Date of Award

Summer 1996

Document Type

Dissertation - Restricted

Degree Name

Doctor of Philosophy (PhD)



First Advisor

Ivanoff, John

Second Advisor

Laughlin, Timothy

Third Advisor

Fox, Robert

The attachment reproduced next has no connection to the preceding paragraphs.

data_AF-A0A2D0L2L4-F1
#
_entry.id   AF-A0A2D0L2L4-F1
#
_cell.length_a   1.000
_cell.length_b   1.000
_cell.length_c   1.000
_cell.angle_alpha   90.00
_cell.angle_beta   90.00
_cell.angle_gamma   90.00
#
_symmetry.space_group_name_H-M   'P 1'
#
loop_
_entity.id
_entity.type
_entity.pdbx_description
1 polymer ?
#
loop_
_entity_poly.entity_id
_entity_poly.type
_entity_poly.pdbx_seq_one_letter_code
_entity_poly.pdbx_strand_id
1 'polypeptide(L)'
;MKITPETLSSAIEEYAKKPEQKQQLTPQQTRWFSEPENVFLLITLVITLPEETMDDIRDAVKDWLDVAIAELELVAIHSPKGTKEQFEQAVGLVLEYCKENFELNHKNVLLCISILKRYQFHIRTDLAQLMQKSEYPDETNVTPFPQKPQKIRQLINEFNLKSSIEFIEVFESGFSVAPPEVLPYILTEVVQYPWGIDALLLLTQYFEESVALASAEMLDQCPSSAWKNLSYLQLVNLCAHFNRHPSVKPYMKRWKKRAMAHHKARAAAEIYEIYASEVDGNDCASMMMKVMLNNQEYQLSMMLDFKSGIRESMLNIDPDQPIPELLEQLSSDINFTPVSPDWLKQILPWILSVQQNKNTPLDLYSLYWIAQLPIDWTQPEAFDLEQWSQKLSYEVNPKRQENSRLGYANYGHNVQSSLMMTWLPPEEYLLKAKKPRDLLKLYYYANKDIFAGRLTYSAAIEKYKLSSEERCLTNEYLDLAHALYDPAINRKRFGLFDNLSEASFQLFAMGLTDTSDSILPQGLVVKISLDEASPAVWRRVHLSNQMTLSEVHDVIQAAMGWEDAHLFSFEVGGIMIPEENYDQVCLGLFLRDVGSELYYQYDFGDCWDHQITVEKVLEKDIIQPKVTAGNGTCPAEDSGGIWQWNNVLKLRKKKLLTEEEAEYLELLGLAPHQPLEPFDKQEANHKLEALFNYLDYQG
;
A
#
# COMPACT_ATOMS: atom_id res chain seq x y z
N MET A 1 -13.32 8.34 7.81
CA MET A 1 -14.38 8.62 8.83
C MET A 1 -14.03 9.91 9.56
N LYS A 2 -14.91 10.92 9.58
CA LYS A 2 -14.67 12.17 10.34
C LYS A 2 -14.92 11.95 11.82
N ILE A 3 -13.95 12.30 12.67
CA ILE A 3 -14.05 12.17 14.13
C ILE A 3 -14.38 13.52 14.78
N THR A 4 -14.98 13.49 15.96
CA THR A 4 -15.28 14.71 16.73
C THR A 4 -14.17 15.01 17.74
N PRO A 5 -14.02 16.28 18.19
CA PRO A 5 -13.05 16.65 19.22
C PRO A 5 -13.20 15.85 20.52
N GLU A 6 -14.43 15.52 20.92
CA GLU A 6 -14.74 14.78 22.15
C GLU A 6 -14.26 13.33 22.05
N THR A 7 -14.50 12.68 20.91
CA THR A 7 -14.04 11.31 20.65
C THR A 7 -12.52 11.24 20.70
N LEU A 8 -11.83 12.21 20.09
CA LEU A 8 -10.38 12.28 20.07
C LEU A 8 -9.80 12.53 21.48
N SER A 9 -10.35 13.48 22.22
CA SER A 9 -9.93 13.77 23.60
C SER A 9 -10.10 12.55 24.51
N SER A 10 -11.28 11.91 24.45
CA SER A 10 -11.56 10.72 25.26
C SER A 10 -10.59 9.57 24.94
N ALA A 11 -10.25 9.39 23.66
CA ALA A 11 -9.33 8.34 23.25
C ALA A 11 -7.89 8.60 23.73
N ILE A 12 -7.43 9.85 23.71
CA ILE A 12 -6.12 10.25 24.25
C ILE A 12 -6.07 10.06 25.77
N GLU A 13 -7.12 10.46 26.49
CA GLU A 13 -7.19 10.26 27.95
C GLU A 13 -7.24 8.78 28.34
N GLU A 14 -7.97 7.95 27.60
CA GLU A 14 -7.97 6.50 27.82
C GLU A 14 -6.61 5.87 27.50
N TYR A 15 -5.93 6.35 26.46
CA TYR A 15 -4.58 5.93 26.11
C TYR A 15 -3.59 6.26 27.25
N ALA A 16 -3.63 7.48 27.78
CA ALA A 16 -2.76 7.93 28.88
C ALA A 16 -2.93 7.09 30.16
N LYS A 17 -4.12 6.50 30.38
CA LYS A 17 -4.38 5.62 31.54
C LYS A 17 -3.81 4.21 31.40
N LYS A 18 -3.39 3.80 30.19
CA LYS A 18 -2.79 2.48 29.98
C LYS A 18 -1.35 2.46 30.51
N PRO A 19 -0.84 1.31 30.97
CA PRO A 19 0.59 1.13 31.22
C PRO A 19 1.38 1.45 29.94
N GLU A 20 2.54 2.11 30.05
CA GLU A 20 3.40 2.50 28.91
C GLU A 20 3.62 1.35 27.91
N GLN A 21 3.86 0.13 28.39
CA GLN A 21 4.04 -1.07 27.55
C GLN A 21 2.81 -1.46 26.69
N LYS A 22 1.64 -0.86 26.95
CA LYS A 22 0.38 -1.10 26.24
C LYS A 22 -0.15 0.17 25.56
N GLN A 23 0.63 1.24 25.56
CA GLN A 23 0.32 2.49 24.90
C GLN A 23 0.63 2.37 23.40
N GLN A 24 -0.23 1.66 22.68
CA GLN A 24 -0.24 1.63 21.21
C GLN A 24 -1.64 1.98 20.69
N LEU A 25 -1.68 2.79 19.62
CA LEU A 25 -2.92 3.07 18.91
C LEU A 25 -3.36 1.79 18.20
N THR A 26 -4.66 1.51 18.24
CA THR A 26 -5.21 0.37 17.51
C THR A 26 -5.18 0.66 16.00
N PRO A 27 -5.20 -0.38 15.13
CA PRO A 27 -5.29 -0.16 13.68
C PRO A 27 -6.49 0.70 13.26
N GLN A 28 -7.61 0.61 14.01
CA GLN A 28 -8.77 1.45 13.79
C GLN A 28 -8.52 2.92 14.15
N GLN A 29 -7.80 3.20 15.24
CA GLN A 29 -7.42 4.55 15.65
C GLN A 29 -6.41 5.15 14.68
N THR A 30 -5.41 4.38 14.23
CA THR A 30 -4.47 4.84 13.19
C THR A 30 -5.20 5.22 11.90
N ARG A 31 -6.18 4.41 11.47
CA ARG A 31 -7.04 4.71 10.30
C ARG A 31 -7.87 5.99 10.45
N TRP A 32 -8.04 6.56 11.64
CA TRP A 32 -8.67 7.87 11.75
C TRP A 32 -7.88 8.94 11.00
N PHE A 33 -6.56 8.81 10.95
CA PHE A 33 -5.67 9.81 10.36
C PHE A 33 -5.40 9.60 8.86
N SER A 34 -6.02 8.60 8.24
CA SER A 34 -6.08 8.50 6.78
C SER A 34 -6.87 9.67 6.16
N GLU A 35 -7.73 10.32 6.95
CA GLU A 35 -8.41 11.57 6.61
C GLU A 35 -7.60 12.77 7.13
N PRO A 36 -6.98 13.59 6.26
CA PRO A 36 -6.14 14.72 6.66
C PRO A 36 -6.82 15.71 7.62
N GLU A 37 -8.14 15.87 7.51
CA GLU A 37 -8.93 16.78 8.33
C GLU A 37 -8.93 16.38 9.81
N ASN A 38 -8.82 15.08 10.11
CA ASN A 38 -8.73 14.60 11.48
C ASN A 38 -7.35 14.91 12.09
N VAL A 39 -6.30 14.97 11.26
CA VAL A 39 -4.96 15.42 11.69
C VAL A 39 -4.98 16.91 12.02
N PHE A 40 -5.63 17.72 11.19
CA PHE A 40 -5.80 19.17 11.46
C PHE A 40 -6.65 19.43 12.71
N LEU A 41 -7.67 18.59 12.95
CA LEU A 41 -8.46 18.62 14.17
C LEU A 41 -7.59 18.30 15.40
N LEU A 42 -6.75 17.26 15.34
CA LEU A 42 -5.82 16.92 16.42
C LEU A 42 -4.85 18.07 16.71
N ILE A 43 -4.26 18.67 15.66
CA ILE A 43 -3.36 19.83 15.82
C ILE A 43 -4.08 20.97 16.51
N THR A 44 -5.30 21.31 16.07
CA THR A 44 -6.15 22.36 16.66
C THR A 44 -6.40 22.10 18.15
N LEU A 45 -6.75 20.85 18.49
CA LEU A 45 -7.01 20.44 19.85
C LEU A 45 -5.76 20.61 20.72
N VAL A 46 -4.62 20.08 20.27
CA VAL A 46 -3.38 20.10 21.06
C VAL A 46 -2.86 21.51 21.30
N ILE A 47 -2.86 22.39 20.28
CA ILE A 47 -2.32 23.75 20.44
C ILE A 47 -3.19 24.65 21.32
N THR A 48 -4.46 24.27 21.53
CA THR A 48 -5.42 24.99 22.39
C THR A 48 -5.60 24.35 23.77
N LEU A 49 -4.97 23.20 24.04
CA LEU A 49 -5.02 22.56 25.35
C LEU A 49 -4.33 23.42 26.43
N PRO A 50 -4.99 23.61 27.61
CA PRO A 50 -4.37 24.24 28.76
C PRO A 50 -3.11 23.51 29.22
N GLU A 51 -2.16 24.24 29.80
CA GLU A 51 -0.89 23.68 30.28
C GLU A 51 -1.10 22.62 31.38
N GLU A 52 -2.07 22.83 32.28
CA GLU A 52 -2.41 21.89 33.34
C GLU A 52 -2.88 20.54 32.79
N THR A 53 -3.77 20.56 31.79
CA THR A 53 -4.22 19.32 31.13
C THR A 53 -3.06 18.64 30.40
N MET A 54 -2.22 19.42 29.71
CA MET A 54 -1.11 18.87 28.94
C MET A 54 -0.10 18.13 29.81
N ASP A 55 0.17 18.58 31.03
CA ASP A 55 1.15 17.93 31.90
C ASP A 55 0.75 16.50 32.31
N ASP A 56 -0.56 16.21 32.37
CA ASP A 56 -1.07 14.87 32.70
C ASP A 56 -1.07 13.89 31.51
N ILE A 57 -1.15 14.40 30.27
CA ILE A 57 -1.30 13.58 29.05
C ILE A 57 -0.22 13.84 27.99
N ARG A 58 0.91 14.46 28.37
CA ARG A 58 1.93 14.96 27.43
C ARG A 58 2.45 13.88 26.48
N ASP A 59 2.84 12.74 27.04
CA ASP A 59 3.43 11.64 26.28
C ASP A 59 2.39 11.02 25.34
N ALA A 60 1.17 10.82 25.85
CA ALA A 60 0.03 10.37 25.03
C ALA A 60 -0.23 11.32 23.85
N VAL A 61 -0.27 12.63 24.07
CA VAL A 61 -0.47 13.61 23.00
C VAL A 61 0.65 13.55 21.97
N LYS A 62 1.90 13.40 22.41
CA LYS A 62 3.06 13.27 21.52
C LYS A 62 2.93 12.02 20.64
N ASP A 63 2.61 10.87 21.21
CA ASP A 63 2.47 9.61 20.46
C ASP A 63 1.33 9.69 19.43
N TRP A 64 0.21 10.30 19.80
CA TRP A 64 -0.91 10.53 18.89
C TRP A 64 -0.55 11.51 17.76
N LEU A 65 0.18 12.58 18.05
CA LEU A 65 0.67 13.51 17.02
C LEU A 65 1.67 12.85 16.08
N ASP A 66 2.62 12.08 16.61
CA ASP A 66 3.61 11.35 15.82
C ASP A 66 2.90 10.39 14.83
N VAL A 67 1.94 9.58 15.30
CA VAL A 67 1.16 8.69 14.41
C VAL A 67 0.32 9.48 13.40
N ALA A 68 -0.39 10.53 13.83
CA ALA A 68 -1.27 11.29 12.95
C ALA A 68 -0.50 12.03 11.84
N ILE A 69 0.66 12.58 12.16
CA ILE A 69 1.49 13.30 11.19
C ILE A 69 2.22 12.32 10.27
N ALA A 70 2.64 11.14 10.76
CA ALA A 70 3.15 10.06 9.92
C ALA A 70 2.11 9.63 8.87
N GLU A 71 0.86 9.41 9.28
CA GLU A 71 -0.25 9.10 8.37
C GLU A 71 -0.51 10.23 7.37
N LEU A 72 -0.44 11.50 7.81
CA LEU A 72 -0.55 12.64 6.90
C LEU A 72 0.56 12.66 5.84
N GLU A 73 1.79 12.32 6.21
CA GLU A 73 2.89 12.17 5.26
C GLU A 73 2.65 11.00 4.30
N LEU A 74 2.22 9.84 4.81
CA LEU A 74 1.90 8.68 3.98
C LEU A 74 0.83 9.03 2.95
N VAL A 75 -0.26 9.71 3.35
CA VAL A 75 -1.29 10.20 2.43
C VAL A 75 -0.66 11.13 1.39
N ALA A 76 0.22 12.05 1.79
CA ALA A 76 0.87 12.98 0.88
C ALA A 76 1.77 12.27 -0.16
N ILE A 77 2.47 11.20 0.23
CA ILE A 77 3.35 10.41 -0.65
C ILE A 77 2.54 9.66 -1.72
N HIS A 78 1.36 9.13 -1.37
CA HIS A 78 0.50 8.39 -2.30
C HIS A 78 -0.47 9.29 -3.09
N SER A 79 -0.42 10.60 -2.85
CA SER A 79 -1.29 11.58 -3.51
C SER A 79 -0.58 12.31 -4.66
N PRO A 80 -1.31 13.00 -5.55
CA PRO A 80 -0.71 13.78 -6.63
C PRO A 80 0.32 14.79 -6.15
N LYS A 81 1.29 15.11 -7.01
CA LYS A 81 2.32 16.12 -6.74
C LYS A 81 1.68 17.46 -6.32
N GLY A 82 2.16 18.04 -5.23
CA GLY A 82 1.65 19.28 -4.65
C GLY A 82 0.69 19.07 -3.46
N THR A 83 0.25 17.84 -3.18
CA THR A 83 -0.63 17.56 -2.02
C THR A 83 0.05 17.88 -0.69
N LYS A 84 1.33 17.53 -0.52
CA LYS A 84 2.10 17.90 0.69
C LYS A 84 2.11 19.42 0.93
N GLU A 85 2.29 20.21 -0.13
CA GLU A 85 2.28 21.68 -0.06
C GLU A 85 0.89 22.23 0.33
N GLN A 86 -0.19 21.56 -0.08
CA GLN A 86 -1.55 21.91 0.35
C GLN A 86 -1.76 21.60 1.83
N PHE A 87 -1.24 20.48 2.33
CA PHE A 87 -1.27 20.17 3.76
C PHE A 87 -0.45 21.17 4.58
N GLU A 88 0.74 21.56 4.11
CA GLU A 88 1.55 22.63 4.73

This was an exploratory, descriptive study, exploring the diagnostic criteria for adults with ADHD disorder. Respondents were asked to identify behavioral characteristics of adults with ADHD. The overall purpose of this study was to examine the majority agreement among three different clinical specialty groups. The groups were social workers, psychologists, and psychiatrists. These groups were chosen because they are the clinicians primarily responsible for diagnosing and treating patients with ADHD. The 18 DSM-IV criteria for diagnosing children with ADHD were modified to use with adults and were used to calculate subscale scores for hyperactivity/impulsivity and inattention. The three clinical specialties were compared with regard to these scores. The impact of experience was examined relative to the subscale scores and the individual questions. The individual questions which the majority of clinicians endorsed were also identified. The major findings of this study were the significant differences between psychiatrists and social workers regarding the inattention subscale. The psychiatrists rated the presence of inattention more highly than did the social workers. There was no significant difference in the rating of hyperactivity between the three groups. The item analysis revealed that the three groups differed in their endorsement of "little or no close attention to detail," "pay little attention to others who are speaking," and "little follow-through with projects." In all three comparisons where a difference was found, a larger percentage of psychiatrists endorsed the items than did the social workers. Relative to experience, the group of inexperienced clinicians was too small to stratify the analysis by clinical specialty. The subscale scores did not differ based on experience. An item analysis revealed a higher percentage of experienced clinicians endorsed the items "difficulty organizing activities and tasks" and "inability to follow-through" than did the inexperienced group. Nineteen items were endorsed by the majority of clinicians. These items included 11 Inattention items, 5 Hyperactive items, and 3 non-DSM-IV items. Further research is necessary to identify appropriate diagnostic criteria for the disorder of adult ADHD. Future research needs to address similarities and differences between experienced and inexperienced clinicians. The behaviors that were endorsed by the majority of clinicians need to be studied for their actual presence in ADHD adults. Further, these behaviors in adults with ADHD need to be compared with the behaviors found in subjects with other established diagnoses.



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